VENUS WILLIAMS: I think it's good for tennis. I think it's good for Serena and I more than anything.
Q. What makes it good? What do you think the appeal is?
VENUS WILLIAMS: I think that it's just something that's been unprecedented, never seen before. We make the headlines and the cover stories, all the news, because it's Serena and I, it's something that's never happened. See if she does get the final, I'm going to try to get out there as soon as I can, it's going to be big news again. That's how tennis gets in the news, when there's amazing things happening.
Q. A lot of people look at the No. 2 player in the world and say that Serena has a tough forehand, great serve, particularly the second, good movement. What would your scouting report be of Serena and what makes her so tough to play on court?
VENUS WILLIAMS: She's a great competitor, big serve, lots of power, great forehand, lots of movement (smiling).
Q. What strokes gives you the most problem?
VENUS WILLIAMS: Really, just has an all-around game. She can do anything. A game pretty much similar to mine, so I respect that, and I know where she's coming from.
Q. Are you afraid your baby sister is going to take your crown and No. 1 slot?
VENUS WILLIAMS: I suppose I didn't win the French Open, but I'm going to do my best here at Wimbledon. That's all I can do.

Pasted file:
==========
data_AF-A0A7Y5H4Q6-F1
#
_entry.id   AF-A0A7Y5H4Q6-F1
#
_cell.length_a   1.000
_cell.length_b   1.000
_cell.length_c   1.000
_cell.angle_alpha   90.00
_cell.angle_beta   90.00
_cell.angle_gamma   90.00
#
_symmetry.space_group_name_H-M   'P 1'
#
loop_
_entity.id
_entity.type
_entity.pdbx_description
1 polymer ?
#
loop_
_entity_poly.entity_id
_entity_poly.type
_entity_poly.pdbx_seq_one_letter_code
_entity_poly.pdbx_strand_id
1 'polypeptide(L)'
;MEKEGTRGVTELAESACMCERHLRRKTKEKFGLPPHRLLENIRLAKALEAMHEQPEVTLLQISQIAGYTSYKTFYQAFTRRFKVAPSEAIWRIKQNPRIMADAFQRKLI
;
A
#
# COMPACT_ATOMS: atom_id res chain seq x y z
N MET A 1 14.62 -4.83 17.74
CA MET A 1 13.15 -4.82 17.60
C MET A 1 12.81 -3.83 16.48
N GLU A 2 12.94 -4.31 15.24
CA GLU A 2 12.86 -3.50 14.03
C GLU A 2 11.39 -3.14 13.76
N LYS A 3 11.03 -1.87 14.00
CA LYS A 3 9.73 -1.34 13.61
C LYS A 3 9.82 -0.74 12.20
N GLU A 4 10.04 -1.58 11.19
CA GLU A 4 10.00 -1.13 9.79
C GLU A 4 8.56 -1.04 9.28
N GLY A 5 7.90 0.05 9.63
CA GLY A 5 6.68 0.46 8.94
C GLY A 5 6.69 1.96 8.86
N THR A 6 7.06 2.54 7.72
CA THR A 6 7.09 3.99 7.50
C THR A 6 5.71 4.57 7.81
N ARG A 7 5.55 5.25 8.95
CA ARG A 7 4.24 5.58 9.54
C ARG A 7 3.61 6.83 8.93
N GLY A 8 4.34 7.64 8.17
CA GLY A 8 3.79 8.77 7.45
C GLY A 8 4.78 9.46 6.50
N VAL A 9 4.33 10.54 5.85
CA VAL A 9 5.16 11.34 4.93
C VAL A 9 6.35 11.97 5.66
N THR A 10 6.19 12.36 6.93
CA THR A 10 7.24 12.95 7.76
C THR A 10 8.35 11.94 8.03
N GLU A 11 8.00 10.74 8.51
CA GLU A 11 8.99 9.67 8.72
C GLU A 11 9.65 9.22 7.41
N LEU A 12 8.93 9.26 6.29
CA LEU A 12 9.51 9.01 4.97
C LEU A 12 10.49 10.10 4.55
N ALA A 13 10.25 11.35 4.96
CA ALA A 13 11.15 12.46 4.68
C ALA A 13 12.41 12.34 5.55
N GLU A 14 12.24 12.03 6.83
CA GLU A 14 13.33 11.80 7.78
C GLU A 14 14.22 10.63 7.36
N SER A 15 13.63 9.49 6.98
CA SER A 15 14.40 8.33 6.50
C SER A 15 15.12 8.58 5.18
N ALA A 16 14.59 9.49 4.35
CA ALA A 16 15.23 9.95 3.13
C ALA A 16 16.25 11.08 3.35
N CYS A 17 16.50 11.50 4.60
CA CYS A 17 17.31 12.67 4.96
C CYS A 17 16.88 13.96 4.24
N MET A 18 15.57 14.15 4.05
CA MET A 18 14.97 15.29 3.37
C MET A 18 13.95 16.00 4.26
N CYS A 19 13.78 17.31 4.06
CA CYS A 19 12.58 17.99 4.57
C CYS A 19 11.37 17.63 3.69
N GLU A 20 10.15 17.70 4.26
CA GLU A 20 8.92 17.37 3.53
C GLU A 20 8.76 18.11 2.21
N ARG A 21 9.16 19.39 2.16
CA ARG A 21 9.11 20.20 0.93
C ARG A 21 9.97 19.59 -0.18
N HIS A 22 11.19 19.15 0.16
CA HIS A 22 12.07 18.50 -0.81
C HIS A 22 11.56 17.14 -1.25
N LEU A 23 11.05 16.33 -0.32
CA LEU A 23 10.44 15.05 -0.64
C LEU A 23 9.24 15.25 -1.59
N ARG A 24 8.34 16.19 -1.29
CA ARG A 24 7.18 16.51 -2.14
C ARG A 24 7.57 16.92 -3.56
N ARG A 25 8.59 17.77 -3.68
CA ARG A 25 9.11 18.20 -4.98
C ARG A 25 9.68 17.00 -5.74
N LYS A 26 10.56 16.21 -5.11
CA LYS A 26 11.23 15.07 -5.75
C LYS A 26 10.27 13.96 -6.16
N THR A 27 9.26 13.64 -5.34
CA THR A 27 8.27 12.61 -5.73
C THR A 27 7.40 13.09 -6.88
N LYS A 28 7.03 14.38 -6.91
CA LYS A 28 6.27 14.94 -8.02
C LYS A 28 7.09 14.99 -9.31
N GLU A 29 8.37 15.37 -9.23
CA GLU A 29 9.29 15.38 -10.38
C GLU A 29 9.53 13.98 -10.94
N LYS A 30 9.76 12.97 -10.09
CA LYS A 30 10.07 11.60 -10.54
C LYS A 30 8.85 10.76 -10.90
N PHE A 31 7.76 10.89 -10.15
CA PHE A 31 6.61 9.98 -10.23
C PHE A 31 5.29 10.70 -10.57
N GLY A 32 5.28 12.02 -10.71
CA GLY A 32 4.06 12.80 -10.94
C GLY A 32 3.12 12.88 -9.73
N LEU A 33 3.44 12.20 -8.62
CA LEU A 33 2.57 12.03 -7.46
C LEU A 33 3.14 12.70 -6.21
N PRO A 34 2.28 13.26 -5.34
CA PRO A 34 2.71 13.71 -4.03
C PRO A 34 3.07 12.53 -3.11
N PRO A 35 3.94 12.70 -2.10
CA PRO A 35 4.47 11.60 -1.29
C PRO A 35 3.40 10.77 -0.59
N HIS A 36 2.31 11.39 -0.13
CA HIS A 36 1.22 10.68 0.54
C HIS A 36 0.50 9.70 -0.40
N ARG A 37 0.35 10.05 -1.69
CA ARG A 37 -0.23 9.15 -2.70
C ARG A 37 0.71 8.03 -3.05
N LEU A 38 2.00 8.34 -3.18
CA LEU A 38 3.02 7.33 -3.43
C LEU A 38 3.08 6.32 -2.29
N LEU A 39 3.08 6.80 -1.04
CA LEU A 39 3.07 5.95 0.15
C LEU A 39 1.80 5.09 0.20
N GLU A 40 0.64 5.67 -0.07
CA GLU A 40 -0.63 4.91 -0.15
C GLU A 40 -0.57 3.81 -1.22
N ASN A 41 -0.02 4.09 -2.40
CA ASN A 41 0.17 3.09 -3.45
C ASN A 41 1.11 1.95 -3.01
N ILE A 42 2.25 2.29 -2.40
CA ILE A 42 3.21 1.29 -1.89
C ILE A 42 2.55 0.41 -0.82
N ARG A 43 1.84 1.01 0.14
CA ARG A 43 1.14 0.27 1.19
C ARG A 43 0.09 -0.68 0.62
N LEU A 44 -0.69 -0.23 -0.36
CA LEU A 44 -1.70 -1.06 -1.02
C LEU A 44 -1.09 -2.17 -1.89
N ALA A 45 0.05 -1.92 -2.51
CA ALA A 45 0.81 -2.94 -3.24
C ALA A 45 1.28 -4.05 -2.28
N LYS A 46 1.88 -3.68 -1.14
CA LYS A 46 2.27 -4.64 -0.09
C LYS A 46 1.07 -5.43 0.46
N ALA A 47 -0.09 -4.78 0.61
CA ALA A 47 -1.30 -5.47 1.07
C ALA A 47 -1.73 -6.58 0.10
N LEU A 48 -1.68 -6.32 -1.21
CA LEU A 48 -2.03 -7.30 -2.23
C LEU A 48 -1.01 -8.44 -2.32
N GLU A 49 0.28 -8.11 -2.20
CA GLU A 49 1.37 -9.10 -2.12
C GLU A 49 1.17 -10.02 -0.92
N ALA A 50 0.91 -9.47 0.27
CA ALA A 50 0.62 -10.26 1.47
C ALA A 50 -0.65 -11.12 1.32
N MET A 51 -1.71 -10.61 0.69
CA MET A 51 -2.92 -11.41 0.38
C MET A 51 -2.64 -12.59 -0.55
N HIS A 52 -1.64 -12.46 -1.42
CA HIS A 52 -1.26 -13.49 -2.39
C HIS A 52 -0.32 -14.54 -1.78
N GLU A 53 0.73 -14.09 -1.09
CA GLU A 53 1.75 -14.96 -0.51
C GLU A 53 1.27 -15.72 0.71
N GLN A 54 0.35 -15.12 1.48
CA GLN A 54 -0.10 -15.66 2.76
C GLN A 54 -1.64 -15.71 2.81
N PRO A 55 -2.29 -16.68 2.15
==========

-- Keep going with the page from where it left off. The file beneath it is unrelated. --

Q. In most families that are fortunate enough to have more than one child make it to the pros, still there's usually a case of one sibling becoming dominant over the other. What makes you two too stubborn for one to surrender to the other?
VENUS WILLIAMS: We both love to win. I'm not used to losing. It doesn't happen that often. It's quite the same with her. You know, when I go home, I've managed to lose, I can't believe it. So I just don't get there that often. I think that's what makes it the same for both of us.
Q. Is it something when you were five, six years old, or did it have to be instilled in you by your dad and mom as you played?
VENUS WILLIAMS: What? Instilled what?
Q. In other words, did you want to win when you picked up a racquet when you were six years old, or did they say, "You have to win"? You just had fun and you had to learn to win?